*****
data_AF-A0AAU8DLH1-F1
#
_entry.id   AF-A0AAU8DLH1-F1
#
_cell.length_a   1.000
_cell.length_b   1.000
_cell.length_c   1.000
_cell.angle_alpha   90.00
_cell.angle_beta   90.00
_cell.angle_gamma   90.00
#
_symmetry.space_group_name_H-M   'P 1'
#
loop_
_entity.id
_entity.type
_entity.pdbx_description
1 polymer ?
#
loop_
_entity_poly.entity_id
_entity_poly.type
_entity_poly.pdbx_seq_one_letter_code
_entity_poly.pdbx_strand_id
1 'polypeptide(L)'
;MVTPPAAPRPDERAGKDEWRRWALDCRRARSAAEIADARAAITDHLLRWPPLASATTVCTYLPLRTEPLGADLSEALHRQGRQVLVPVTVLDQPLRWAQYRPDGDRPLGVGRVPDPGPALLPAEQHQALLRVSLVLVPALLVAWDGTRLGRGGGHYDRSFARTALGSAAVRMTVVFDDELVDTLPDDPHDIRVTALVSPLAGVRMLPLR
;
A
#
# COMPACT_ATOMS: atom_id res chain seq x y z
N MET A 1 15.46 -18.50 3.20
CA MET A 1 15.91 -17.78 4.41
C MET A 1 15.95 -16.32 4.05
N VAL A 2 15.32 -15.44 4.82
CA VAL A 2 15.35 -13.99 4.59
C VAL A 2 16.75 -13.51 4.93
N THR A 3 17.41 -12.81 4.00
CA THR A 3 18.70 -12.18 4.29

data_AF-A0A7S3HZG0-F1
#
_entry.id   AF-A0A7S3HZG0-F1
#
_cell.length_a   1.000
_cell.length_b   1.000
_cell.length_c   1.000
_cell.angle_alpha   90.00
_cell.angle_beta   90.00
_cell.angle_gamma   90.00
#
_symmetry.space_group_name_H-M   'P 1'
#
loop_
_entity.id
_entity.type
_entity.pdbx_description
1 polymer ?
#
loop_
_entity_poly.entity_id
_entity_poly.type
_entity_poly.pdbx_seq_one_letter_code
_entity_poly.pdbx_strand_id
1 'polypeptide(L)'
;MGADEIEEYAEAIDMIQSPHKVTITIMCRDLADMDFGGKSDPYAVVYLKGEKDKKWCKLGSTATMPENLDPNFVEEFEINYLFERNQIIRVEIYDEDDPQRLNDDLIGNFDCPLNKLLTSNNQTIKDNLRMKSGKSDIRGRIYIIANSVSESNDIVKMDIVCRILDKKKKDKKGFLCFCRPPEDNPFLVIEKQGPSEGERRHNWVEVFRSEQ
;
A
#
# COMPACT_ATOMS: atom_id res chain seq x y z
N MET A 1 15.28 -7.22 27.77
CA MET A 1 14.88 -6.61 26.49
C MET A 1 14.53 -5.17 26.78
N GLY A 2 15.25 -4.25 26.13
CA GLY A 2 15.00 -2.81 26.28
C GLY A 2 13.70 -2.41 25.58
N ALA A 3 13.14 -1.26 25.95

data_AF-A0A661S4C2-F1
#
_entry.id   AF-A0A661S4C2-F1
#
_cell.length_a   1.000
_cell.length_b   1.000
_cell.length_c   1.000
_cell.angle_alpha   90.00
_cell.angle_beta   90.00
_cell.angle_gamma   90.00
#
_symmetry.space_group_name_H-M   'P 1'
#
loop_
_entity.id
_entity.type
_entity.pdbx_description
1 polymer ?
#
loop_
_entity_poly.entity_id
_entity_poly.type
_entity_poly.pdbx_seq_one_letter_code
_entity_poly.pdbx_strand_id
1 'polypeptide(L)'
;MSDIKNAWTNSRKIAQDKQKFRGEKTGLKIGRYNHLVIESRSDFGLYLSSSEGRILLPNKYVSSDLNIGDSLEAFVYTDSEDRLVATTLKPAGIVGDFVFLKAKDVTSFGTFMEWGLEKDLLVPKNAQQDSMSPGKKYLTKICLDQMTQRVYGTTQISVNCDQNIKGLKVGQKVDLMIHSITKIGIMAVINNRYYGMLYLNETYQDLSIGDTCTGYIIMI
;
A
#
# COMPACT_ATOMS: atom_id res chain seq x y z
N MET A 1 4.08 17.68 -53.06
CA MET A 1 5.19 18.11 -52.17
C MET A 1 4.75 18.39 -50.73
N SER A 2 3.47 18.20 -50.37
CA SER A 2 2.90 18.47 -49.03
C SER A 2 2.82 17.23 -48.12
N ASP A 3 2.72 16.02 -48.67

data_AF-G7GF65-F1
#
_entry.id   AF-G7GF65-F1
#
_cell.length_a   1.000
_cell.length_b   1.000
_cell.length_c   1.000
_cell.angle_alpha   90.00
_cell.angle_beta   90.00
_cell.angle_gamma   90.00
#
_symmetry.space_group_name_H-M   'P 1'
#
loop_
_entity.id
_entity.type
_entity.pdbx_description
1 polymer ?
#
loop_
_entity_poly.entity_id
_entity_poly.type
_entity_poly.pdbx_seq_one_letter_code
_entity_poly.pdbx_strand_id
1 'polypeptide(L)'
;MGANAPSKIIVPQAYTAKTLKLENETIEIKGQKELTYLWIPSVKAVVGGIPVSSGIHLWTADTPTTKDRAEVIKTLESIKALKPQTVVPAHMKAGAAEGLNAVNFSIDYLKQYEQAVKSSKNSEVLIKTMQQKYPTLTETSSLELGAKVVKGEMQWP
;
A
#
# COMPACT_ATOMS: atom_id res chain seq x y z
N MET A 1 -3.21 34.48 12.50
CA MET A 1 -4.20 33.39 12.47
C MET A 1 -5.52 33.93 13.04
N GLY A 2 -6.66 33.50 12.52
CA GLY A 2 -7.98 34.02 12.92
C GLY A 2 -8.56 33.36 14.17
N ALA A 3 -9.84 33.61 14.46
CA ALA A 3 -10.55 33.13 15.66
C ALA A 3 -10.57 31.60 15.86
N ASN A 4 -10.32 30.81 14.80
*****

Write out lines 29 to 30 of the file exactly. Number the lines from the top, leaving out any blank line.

#
# COMPACT_ATOMS: atom_id res chain seq x y z